Expert: New quality productive forces in China bring new opportunities to world economy

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China's accelerated efforts to foster new quality productive forces demonstrate its huge potential for economic transformation and will bring new opportunities for the world economy, said Zhou Muzhi, a professor at Tokyo Keizai University, in a recent interview with

Zhou talked about several major new driving forces of the economy, including the semiconductor industry, artificial intelligence, new energy vehicles (NEVs), cross-border e-commerce platforms, as well as other high-tech innovations.

Speaking of the semiconductor sector, Zhou said the industry is embracing an upgraded development in China thanks to government incentives, increased investments by relevant enterprises, and particularly the enormous demand from the world's largest semiconductor market.

Zhou pointed out that Japan was once the world's largest semiconductor powerhouse but has gradually declined partly due to a lack of sustained investment. But he also noted that Japan still leads in many cutting-edge technologies and controls key parts of the global semiconductor supply chain. 

When talking about the importance of AI technologies in driving economic transformation and empowering emerging industries and economic digitization, Zhou said China is one of the countries with the highest penetration of AI globally. China's strengths in AI technology research, big data, and application scenarios make it an AI powerhouse worldwide, he said.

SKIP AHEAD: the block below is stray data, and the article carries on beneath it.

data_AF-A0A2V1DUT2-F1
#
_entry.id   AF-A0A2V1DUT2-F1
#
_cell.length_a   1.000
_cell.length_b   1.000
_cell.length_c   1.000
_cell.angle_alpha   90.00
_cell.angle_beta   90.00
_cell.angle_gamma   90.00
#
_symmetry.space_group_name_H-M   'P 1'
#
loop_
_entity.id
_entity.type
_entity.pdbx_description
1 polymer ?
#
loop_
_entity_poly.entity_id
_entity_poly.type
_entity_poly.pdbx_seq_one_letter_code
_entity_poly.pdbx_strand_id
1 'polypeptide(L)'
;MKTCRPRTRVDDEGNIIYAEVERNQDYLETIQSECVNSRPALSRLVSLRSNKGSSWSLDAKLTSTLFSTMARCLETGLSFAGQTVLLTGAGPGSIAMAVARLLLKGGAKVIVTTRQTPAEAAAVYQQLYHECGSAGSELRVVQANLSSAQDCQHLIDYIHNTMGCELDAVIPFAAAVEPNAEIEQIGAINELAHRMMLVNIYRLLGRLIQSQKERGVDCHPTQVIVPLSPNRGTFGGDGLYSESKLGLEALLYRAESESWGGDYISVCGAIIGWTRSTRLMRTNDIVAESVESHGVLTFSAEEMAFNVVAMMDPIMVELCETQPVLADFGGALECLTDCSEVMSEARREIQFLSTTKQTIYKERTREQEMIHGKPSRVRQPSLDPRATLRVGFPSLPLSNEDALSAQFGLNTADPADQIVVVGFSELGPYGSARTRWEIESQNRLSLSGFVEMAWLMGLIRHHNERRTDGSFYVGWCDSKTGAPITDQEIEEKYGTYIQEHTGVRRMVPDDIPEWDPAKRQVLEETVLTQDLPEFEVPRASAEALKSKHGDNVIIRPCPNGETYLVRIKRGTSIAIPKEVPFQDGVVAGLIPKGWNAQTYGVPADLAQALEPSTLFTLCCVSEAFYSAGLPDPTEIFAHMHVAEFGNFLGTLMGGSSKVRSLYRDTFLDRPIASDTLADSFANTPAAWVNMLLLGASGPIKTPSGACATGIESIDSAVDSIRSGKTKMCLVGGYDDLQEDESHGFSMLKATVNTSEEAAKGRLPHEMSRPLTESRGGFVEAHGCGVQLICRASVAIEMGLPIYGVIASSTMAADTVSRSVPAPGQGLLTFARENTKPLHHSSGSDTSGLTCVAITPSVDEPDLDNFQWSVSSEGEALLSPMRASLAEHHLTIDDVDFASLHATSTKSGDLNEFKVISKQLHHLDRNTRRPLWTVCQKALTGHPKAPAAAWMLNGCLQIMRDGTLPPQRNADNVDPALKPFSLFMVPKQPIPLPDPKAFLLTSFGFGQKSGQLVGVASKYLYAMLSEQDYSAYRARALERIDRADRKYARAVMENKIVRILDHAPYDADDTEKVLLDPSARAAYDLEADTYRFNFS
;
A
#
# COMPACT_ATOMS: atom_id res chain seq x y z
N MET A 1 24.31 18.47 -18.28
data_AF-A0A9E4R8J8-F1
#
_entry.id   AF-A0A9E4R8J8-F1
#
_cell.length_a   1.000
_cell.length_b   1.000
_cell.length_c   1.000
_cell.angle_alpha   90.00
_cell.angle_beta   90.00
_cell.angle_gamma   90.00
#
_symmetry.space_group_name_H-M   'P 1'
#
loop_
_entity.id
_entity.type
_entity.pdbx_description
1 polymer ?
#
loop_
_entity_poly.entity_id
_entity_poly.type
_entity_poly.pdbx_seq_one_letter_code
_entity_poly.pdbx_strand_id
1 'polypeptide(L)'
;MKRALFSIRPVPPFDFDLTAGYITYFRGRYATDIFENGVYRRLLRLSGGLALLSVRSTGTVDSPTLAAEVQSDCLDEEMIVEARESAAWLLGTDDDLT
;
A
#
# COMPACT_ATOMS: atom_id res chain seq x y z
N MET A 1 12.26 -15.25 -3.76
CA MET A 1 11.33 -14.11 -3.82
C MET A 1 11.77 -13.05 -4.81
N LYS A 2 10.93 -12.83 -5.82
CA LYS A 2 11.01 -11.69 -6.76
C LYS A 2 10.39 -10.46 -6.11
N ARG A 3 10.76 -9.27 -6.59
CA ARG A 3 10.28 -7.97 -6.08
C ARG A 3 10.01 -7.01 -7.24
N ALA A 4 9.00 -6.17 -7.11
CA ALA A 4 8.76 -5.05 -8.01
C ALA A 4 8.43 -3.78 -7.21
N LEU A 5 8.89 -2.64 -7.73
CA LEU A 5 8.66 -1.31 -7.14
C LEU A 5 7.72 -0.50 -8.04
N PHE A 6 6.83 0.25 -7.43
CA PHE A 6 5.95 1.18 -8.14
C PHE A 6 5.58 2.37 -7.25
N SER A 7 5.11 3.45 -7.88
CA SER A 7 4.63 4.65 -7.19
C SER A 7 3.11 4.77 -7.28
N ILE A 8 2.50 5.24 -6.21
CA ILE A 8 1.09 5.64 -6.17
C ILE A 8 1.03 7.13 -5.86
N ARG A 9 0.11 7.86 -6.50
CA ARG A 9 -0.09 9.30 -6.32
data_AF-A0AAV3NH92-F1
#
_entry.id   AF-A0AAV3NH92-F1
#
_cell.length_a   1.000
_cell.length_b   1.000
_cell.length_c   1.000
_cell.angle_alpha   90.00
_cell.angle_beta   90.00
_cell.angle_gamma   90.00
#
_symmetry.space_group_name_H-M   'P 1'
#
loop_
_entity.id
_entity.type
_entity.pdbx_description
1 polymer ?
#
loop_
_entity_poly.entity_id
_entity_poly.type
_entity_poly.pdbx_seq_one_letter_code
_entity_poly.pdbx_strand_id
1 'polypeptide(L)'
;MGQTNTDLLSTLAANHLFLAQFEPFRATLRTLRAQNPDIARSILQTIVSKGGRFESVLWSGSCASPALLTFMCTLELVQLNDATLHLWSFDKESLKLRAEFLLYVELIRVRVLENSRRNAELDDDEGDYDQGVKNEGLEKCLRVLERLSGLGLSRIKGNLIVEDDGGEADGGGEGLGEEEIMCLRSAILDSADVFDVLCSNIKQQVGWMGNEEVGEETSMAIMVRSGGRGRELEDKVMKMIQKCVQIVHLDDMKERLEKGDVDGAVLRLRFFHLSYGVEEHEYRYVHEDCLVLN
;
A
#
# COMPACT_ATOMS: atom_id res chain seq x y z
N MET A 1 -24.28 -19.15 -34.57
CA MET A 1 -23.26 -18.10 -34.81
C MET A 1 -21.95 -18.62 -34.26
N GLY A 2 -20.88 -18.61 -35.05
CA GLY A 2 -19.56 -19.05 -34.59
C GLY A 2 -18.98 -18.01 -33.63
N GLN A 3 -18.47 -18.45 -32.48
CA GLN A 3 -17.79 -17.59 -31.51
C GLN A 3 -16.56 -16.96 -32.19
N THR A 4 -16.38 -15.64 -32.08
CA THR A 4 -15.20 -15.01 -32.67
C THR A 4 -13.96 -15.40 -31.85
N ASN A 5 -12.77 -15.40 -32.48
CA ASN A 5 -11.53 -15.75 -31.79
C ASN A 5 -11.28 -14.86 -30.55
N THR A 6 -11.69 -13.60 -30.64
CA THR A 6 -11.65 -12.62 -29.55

The continued development momentum in the industry not only reflects the Chinese government's openness to high-tech development but also the society's receptivity and tolerance for new things, Zhou said.

In recent years, China's automotive industry has made remarkable progress, especially in 2023, when China's auto exports surpassed Japan's for the first time, ranking first globally. Zhou said that China's auto industry has seized the opportunity brought by electric vehicles (EVs) and established strong international competitiveness, not only in the areas of batteries, motors, electronic controls, and autonomous driving, but also in the R&D and production of EVs themselves. 

"The strong export momentum of China's NEVs is just beginning, and we should expect to see robust performance from China's auto industry in the coming years," Zhou said.

Zhou also noted the progress of Chinese cross-border e-commerce platforms like SHEIN and TEMU in the Japanese market. Since its launch in Japan in July last year, TEMU has been growing rapidly, with its monthly user number increasing by 2.2 million. In January, TEMU's Japanese user base surpassed 15 million. 

Zhou said that these e-commerce platforms have broken down traditional retail barriers through their innovative business models. They connect overseas markets with Chinese manufacturing directly, offering foreign consumers more convenience, lower prices, and better variety, he said. 

Zhou said the rationale of global corporate competition has completely changed today, with high-tech and innovation-driven enterprises emerging as a new force leading and transforming the world economy. 

After analyzing the top 100 companies by market value in China, the U.S., and Japan, Zhou pointed out that in China, 82 companies founded after 1980 are in the top 100, compared to 32 in the U.S. and only five in Japan. Chinese leading companies are notably younger and more tech-oriented, and their prospects are promising, Zhou said.

The professor also said that the negative views on China's economy in overseas media are misguided, and there should be more focus on the tremendous driving force that new quality productive forces bring to China's economic development and the golden opportunities for mutually beneficial economic and trade cooperation with China.

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